Prelude to Moonlight

I am interested in how Saeed Jones would understand and respond to the film Moonlight, based on his writing about being a Black, gay man in the south. Jones writes about the violence he sees every day inflicted on bodies that look like his, and identities that he has. While reading Jones’ collection of poetry Prelude to Bruise I was reminded of scenes and themes from Moonlight. The film is based on a semi-autobiographical play that follows Chiron growing up the projects of Miami from a young boy to an adult. One scene in particular reminded me of Jones’ poem “History, According to Boy”. The opening line of the poem is “Boy is not one of the boys, but Boy is observant” (85). In Moonlight, Chiron’s name is a central issue to the plot; the film is divided into three distinct sections, the first called ‘Little’, because that is the nickname given to him by his peers. The film works like a play: we are shown, not told, that Chiron is excluded from the boys at his school and singled out for being different. His mother cites this difference as “the way he walks”, which is strikingly similar to Jones’ father monitoring his actions: “Boy was so excited he did a little hop. Boy noted that his father’s smile dimmed then, but only for a second” (88). Both characters learn through their interactions with the world, first from their parents, that they are different and wrong in some way. Also, in both of these works intimacy is received often through violence, which is a result of toxic masculinity. One crucial scene in Moonlight involves Chiron getting beat up by his friend and crush Kevin, who the night before they had a sexual encounter. Kevin must prove to the other boys he isn’t allied with Chiron, who has a ‘spoiled identity’ according to stigma theory. Jones makes the same observation about the boys in his class, that when “The teacher talks about male friendship. . . “Fags,” hiss the rest of the Boys in agreement.” (90). It is implied here that boys are teaching each other not to show any intimacy, for fear of being perceived as gay.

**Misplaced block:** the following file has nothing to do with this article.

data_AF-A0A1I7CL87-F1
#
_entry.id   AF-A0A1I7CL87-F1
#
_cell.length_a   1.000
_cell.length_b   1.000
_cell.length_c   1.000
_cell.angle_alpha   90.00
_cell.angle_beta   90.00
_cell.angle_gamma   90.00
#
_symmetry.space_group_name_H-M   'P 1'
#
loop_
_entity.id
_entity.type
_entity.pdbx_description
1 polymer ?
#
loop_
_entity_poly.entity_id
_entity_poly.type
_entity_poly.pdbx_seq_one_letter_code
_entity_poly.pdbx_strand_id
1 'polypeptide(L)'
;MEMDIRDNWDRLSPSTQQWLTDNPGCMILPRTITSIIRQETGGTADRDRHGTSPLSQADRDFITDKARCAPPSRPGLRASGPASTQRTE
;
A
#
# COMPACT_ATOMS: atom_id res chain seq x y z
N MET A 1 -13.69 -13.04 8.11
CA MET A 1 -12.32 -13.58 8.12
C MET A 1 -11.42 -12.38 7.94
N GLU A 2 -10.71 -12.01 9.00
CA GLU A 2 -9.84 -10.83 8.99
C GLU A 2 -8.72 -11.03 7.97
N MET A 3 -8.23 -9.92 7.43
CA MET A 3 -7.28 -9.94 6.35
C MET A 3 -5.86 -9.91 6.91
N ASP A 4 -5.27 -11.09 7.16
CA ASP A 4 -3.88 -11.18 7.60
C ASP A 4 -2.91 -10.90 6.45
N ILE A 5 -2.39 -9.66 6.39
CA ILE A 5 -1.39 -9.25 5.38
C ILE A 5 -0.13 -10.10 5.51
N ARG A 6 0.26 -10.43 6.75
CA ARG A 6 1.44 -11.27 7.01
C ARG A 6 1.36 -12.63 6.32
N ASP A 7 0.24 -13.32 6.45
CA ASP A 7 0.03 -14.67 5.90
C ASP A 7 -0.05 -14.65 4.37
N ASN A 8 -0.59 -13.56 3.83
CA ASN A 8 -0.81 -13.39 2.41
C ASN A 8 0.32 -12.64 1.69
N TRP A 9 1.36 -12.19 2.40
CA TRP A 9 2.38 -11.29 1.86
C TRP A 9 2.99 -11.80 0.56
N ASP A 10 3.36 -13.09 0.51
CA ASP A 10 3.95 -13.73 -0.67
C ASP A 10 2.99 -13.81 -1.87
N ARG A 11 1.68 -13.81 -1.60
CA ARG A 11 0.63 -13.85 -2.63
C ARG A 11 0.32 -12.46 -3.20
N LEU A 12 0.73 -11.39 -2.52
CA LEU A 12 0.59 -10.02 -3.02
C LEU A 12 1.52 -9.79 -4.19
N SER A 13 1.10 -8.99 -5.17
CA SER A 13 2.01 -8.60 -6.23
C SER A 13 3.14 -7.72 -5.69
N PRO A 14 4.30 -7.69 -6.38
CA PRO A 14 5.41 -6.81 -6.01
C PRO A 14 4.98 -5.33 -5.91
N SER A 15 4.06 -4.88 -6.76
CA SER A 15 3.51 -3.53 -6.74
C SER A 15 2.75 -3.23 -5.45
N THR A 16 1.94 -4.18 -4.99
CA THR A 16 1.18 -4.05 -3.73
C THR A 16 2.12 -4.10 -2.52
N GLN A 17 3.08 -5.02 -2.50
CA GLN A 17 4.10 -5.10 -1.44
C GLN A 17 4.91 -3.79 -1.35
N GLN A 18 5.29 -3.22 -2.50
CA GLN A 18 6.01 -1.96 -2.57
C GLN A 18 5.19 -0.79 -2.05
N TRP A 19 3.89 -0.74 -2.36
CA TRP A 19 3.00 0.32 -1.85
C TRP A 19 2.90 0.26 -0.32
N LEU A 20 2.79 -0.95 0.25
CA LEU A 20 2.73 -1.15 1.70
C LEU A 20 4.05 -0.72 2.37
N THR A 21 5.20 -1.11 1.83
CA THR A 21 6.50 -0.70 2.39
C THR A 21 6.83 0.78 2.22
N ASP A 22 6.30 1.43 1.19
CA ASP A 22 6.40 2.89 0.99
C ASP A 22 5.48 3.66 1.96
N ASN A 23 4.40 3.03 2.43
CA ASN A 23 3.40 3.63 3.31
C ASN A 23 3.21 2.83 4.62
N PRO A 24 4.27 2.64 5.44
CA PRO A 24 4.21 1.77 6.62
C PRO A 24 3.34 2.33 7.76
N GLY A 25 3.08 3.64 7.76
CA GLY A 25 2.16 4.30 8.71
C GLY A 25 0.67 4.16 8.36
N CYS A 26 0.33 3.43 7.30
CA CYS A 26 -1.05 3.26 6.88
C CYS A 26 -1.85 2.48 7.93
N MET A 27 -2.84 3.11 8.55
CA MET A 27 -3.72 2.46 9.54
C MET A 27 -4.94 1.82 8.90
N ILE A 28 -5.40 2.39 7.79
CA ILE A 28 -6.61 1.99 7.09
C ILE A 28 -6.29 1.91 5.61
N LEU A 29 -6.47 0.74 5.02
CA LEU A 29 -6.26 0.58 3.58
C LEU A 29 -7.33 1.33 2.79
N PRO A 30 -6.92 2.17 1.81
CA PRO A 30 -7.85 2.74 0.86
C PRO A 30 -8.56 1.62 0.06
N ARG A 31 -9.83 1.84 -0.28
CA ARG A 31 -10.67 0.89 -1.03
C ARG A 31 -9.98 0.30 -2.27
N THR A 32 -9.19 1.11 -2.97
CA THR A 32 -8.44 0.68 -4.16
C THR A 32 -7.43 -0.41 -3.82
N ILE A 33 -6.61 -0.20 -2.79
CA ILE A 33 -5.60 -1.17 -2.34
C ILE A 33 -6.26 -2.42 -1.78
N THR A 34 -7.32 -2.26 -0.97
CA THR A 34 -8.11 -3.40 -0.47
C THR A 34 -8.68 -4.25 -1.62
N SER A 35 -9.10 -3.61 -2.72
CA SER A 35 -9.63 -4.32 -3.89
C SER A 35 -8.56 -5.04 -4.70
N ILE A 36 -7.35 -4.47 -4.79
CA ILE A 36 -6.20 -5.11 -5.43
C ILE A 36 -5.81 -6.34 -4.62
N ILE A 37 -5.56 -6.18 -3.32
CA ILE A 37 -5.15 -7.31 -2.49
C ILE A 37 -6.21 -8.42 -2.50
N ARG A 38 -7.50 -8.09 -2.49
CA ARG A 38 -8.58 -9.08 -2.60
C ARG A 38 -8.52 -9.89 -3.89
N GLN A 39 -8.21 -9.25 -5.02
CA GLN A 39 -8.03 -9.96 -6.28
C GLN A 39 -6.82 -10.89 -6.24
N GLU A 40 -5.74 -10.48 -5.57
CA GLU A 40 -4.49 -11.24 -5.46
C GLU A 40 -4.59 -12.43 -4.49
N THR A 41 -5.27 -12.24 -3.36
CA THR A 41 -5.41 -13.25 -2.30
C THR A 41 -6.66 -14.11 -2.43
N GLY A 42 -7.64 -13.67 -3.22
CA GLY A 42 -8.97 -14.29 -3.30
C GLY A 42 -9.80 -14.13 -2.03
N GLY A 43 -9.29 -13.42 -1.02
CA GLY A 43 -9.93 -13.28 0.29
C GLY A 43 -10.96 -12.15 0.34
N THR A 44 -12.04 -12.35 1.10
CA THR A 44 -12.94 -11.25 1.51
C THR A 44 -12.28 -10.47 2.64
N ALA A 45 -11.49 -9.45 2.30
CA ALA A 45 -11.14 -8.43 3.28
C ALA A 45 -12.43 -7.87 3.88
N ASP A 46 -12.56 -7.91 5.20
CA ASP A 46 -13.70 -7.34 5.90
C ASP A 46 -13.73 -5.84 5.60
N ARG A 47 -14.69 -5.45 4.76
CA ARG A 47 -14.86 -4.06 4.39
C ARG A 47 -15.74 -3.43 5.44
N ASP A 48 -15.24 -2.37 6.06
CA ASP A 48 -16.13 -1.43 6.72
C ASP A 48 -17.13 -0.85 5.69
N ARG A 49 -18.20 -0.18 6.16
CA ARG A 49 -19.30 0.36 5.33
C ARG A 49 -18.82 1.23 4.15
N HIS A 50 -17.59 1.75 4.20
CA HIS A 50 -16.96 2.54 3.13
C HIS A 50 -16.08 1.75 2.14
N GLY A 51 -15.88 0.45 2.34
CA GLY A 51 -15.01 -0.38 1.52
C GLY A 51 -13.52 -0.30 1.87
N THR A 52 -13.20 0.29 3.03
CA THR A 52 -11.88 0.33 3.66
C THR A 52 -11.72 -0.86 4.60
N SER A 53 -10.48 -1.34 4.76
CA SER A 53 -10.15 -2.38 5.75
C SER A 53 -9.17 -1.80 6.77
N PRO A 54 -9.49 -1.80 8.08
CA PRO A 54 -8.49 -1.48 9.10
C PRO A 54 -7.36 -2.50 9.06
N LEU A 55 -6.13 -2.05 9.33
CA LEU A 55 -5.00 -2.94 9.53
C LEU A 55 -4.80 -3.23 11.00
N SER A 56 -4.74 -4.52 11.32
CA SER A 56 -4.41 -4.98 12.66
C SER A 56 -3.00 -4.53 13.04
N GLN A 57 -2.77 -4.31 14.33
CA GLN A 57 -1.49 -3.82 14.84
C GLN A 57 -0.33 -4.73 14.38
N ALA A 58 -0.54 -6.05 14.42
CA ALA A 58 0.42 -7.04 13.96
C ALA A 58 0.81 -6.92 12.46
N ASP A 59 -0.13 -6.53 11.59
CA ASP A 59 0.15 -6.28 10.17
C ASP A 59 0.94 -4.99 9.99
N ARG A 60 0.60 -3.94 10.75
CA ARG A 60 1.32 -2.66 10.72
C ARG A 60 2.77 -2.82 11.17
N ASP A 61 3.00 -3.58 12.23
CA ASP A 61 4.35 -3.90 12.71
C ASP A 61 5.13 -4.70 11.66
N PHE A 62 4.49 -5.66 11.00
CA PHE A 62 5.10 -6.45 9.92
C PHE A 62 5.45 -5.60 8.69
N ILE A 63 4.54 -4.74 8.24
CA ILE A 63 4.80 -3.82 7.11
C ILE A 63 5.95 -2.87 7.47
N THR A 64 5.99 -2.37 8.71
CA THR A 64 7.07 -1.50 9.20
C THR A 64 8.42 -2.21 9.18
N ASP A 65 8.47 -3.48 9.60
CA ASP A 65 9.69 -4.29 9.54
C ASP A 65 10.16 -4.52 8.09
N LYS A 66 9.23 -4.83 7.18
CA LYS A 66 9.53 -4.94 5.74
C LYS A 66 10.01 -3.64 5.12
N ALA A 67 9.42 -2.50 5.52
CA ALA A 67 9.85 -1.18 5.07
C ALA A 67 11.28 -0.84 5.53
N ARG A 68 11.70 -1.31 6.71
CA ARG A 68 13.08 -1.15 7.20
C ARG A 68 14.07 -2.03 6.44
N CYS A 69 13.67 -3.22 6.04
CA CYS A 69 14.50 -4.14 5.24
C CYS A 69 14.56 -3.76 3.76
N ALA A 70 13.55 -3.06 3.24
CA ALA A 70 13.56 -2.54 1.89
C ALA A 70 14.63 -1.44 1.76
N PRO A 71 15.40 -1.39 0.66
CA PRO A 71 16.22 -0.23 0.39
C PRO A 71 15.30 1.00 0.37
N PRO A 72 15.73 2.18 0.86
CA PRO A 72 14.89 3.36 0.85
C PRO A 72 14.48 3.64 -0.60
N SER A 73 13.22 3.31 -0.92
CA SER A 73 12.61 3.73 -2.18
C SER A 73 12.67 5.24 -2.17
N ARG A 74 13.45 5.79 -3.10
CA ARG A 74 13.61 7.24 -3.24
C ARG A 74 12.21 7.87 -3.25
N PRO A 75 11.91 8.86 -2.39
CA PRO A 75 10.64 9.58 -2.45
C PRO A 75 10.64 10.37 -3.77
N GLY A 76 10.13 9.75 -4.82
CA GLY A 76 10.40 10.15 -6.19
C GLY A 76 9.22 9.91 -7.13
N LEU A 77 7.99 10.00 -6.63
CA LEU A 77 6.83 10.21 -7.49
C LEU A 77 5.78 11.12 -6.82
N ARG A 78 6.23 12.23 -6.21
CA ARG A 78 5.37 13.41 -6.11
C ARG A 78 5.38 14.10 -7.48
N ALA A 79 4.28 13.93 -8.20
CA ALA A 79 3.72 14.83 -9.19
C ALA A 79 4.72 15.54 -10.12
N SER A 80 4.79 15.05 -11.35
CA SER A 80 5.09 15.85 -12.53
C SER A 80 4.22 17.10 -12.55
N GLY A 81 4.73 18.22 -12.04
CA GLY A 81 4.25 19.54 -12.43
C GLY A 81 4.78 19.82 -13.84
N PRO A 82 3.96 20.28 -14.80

I believe it is important to consume these art forms because they depict the harms done by continuing to stigmatize male friendship and queerness. Both these artists challenge stereotypes that depict Black men as violent, hyper sexualized beings and speak from an autobiographical place. The delicacy with which both Jones and Barry Jenkins, the director of Moonlight, show the pain of struggling to be accepted as gay Black men in America incites empathy from every audience member.

3 thoughts on “Prelude to Moonlight”

  1. This is a great connection as there are so many elements of Moonlight that have been seen in Prelude to a Bruise through the violence and teasing that ensues. One other moment that I believe connected them is the retaliation that we see from Chiron when he slams a school chair into a bully that tormented him and how Jones holds his father’s gun that was given to him to kill himself and instead holds it in front of them as they sleep. I think this connection between them shows where they diverge. Since Chiron didn’t seem to have the outlet of writing that Jones did he becomes the “straight” gangster version of himself that is similar to the other males around him while Jones uses the notes that he keeps in his head to then writes out beautiful stories. The aftermath of all this hate is so different for so many queer people but I think that hearing stories from them is important to help queer people who are struggling like Jones and Chiron.

  2. I love your connection to the movie Moonlight, as Jones’ texts and the movie context had a lot in common in term of topic about trauma for being different. However, the great thing about Moonlight is that the movie manages to portray the ideas of trust, healing, and overcoming, which I believe to be truly the highlights of the movie. Saeed Jones’s poems also have a lot of content that provides different demonstrations of queerness and hardship, but in my opinion, Jones is somewhat lacking in positive improvements. From my personal view, he whines a little bit too much in his poems aswell, which does not really align with the agenda of Moonlight in term of delivering a message – overcoming the hardships. I do agree that we should consume these kind of contents to raise certain awareness, but for context, Moonlight provides a much more meaningful message than Jones, and the connection to Jones’ pure negativity in my opinion does not do justice for Moonlight.

  3. The passage you selected from Saeed Jones’s “Prelude to Bruise” made me think of “Fun Home”, where Bruce, Alison’s father, implies that she should be more feminine, by wearing head garments or fancy dresses. In Jones’s poem, when he celebrates by doing a little hop, his father disapproves this action. This made me think about how the bodies and behavior of queer people are constantly monitored by society, which sets heteronormativity as the ideal. It’s interesting to think that Bruce, who was gay, projects his own internalized homophobia onto his own queer daughter. It’s a cycle of oppression that goes through generations.

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